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My doctor told me during a recent visit that she was shocked when she saw a mid-50’s woman that we both know walking like a little old lady. The woman, who had cancer, had always been full of energy and, well, “spunky,” and the doctor hadn’t seen her for a while.
“At first I was shocked to see her so seemingly feeble, but then I realized that according to the statistics she should be dead by now. Suddenly it didn’t seem so bad!”
That, my friends, is perspective; looking at things in another light or context. When something is stressing you, try to change your view of the problem by looking for different angles. Here are some questions to ask yourself:
1. In what way(s) could this problem be worse than it is?
2. Do I know of anyone dealing with a problem that is similar but much worse?
3. What can I do to change my interaction with or view of the problem?
Here are more examples of using perspective:
My mother’s brother had polio in the 1950’s, and spent a very long time in an iron lung. (In those days, an “iron lung” was a contraption that helped someone breathe who was unable to do so on their own. Medicine has come a long way since then!) He spent the rest of his life in a wheel chair, with very poor muscle control so that his posture was affected as well as simple movements such as using a fork. I knew him for 30 years and I never saw him complain or act angry or sorry for himself, and my only memories of him are of smiles and laughter and fun. My mother once told me that when she thinks she has problems she just thinks about Mike and suddenly things don’t seem as bad as they did.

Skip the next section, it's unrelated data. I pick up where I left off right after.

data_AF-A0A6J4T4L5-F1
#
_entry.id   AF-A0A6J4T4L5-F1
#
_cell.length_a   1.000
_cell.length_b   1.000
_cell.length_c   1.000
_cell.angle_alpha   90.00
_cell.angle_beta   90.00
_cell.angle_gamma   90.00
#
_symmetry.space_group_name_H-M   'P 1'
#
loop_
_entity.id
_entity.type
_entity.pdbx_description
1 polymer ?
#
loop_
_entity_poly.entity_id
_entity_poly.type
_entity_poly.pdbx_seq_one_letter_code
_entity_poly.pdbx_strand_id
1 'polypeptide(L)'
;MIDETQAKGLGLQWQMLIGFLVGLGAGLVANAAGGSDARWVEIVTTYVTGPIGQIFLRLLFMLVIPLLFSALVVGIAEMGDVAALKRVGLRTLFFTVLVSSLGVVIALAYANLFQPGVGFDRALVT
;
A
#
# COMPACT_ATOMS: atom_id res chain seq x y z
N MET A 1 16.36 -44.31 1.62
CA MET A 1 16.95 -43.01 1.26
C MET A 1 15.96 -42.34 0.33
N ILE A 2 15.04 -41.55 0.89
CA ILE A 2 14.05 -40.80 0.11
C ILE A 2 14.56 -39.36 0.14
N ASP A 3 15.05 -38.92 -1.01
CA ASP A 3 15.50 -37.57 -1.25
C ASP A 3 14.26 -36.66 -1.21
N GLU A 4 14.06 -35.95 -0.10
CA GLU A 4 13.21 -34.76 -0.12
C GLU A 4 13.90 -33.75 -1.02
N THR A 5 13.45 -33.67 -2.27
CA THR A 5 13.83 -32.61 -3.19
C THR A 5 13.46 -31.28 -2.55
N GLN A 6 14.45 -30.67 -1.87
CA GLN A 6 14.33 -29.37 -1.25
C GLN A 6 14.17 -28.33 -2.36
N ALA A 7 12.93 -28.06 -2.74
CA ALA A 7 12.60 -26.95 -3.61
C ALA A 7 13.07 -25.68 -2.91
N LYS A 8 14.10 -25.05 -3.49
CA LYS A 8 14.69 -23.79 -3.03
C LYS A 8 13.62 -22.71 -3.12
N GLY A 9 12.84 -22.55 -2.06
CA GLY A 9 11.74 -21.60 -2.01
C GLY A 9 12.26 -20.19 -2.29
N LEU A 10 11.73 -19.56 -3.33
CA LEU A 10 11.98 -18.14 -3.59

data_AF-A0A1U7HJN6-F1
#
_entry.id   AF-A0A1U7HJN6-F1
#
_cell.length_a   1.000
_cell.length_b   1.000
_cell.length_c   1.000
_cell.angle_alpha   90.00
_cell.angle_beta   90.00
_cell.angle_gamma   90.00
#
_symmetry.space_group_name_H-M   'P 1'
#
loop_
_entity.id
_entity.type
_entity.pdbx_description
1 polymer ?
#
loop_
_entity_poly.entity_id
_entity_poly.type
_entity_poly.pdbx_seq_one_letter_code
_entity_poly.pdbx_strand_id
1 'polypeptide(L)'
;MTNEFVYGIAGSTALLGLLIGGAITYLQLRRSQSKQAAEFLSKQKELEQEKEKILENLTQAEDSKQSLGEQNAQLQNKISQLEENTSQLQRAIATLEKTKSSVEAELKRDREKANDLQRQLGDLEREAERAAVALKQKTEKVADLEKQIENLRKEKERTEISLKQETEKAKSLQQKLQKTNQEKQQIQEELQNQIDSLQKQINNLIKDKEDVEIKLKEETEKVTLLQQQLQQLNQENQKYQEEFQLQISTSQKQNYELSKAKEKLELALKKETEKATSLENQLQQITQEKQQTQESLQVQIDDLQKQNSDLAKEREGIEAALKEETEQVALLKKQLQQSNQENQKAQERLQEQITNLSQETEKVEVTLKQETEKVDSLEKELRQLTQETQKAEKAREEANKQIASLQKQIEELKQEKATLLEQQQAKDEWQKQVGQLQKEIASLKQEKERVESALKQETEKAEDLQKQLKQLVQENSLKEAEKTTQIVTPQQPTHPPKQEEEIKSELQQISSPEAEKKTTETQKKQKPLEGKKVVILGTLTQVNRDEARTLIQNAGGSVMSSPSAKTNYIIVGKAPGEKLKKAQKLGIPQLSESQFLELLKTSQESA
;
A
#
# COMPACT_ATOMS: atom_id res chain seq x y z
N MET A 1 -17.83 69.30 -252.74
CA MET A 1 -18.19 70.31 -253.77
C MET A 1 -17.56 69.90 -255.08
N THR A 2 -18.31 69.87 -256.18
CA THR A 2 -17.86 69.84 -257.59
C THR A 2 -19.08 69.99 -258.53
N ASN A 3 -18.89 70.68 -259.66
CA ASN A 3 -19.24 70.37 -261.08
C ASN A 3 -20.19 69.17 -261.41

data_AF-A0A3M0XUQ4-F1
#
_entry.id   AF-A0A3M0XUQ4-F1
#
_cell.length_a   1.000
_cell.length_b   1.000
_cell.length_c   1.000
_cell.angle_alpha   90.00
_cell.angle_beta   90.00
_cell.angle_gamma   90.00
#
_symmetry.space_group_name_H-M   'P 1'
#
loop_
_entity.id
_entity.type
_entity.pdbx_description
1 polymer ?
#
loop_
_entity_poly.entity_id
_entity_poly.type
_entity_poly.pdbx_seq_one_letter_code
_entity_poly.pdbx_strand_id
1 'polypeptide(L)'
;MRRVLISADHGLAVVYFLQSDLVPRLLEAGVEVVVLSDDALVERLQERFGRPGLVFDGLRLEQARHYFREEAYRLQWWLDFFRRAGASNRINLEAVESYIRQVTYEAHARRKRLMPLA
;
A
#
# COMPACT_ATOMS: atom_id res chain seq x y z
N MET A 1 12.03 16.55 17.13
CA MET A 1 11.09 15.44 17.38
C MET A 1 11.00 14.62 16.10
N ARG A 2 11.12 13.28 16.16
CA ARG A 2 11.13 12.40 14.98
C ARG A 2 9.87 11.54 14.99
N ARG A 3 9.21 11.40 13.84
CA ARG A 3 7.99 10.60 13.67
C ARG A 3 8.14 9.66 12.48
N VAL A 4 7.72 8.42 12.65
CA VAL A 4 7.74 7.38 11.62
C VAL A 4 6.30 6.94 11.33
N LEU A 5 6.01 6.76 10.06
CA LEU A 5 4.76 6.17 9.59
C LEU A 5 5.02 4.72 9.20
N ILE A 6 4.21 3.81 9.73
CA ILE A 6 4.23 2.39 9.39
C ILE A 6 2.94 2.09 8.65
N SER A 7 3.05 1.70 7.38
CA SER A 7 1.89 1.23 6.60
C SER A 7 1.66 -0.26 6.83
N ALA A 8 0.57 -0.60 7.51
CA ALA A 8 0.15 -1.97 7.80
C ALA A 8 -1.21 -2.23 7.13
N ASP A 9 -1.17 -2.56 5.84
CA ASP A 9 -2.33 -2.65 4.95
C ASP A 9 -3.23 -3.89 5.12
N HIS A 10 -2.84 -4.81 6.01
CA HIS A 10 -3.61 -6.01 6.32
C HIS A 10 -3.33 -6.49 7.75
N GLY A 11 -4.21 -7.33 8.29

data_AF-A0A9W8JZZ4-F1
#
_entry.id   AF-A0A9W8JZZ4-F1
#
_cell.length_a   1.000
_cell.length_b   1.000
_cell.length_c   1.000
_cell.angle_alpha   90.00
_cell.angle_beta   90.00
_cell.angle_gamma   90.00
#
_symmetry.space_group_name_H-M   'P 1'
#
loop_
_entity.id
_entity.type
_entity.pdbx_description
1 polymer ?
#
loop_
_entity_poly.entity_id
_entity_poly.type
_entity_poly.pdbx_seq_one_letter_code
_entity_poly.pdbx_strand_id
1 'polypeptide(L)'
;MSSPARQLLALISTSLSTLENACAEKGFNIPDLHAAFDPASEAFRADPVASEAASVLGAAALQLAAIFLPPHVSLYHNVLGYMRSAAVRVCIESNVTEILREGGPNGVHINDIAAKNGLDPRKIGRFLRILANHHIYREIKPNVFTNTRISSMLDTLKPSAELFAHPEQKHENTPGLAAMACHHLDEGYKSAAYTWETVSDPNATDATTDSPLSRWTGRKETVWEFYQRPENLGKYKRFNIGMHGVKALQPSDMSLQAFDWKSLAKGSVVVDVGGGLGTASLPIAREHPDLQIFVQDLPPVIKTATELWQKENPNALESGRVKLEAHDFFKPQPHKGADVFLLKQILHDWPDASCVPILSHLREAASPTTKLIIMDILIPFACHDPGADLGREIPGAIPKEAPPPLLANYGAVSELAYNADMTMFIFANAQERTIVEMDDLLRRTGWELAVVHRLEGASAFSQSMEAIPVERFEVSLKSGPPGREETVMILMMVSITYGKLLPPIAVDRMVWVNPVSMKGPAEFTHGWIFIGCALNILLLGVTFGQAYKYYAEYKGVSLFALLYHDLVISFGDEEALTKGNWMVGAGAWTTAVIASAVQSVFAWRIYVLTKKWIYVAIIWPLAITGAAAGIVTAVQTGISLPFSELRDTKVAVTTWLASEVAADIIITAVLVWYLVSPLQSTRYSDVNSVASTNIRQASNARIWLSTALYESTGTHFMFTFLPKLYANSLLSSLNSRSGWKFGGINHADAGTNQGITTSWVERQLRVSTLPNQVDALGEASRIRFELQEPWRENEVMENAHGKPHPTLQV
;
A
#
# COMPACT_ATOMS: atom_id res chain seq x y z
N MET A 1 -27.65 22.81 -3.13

In 2009 I was hired as a caregiving expert by Humana to talk with people at the Senior Games about their caregiving experiences and attitudes. The Senior Games is a major national event similar to the Olympics, except that all of the athletes are seniors. It was quite an amazing and inspiring place to be; they are held in odd-numbered years, so do try to follow them in 2011. One of the people I talked with was caregiver for her father who first had cancer, and now has dementia.